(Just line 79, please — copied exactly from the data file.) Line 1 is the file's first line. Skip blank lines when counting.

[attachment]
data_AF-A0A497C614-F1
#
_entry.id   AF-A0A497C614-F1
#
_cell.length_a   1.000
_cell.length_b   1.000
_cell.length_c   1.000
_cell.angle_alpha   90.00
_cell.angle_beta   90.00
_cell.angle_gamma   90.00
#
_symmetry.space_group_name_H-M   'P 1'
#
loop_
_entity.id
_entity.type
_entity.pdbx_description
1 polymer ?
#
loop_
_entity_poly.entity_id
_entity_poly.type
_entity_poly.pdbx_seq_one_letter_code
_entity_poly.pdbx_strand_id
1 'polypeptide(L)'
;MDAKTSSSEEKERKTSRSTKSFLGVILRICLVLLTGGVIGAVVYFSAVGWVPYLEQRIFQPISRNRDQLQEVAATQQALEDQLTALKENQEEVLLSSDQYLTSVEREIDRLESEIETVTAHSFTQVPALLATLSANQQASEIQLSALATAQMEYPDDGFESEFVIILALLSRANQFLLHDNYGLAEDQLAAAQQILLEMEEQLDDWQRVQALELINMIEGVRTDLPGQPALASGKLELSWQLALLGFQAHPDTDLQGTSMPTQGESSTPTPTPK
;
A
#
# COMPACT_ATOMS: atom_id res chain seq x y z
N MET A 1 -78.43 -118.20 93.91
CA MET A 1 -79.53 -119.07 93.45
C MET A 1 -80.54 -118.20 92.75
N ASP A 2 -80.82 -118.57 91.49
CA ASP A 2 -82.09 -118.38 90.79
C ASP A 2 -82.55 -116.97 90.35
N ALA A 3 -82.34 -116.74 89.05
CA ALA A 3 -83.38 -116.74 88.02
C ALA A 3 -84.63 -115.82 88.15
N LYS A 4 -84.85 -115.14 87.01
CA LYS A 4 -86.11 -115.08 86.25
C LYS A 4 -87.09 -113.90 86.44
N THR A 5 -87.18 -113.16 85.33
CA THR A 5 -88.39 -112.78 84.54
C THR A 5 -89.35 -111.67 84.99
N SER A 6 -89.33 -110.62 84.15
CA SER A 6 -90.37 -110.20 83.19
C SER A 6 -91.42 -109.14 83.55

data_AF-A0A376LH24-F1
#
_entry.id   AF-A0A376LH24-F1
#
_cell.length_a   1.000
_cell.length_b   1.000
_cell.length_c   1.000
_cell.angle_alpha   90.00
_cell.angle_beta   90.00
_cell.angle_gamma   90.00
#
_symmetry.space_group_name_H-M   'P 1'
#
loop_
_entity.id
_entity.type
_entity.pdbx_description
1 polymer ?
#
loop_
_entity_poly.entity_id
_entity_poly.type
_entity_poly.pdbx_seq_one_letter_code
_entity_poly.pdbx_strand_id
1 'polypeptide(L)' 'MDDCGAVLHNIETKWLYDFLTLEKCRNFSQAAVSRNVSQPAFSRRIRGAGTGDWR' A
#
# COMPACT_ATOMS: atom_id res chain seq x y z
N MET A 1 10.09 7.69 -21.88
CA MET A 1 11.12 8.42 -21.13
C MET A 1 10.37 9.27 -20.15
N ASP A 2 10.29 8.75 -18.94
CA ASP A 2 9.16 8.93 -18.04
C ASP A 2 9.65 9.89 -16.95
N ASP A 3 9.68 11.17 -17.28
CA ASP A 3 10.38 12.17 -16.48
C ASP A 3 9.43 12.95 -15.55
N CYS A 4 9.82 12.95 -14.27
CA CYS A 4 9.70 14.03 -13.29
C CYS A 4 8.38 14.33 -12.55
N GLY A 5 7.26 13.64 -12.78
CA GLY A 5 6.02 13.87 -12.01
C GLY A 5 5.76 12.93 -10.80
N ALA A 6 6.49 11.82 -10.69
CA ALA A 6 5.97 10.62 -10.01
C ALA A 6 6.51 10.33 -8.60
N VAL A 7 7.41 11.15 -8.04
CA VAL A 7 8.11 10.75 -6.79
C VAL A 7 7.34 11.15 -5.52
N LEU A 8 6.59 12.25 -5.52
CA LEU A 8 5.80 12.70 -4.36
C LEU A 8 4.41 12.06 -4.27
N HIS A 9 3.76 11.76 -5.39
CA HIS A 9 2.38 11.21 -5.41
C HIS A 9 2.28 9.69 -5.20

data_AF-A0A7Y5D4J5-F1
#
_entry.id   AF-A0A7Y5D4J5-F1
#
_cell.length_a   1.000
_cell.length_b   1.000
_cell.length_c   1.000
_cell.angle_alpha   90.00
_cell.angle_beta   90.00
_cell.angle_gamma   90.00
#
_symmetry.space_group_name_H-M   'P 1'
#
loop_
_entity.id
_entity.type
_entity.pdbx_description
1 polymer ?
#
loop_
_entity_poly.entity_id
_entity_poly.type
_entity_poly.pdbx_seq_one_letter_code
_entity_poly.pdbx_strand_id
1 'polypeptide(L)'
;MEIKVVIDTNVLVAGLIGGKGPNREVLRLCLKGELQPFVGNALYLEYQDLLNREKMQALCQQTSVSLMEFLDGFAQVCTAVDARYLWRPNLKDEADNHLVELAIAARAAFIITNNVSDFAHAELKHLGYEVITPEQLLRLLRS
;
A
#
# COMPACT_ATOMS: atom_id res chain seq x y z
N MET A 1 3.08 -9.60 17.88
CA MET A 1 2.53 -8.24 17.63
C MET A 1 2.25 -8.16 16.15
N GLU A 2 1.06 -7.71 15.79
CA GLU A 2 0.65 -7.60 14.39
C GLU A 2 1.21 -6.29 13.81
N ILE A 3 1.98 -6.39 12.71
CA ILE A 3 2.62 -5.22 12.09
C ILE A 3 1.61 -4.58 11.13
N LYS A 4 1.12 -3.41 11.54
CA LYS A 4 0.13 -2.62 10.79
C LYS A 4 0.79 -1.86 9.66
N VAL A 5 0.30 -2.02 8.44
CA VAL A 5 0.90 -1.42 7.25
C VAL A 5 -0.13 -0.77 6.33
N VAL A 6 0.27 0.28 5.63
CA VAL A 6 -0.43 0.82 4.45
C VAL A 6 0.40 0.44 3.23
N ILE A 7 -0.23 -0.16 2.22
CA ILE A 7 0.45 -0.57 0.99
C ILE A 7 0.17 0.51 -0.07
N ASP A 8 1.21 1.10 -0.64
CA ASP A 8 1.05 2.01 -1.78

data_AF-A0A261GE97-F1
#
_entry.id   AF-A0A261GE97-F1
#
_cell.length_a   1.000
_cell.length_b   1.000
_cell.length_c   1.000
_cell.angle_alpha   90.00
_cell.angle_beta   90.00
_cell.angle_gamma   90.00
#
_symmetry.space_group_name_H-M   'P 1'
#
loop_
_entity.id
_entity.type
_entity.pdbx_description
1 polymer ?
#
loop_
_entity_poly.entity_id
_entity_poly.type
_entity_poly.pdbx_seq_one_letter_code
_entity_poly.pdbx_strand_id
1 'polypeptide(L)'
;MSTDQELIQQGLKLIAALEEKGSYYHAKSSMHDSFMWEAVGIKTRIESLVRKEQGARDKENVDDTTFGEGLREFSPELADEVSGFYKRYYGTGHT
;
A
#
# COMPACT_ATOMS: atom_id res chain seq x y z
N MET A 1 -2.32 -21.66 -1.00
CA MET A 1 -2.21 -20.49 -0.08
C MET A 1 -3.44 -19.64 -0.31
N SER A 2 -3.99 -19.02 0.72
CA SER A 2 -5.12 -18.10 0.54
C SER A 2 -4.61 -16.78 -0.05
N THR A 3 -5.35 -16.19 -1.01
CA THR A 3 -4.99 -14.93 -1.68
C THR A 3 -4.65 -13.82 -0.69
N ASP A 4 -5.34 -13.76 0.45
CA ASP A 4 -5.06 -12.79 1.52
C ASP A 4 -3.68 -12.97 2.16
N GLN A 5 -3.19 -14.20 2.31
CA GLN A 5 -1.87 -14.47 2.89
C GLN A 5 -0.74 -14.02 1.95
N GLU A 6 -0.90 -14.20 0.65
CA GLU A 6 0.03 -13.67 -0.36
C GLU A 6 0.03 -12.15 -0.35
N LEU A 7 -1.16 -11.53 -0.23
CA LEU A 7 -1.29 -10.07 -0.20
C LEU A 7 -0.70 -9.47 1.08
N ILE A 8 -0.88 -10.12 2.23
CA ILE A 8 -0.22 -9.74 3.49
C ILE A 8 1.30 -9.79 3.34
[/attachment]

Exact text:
N ASP A 2 10.29 8.75 -18.94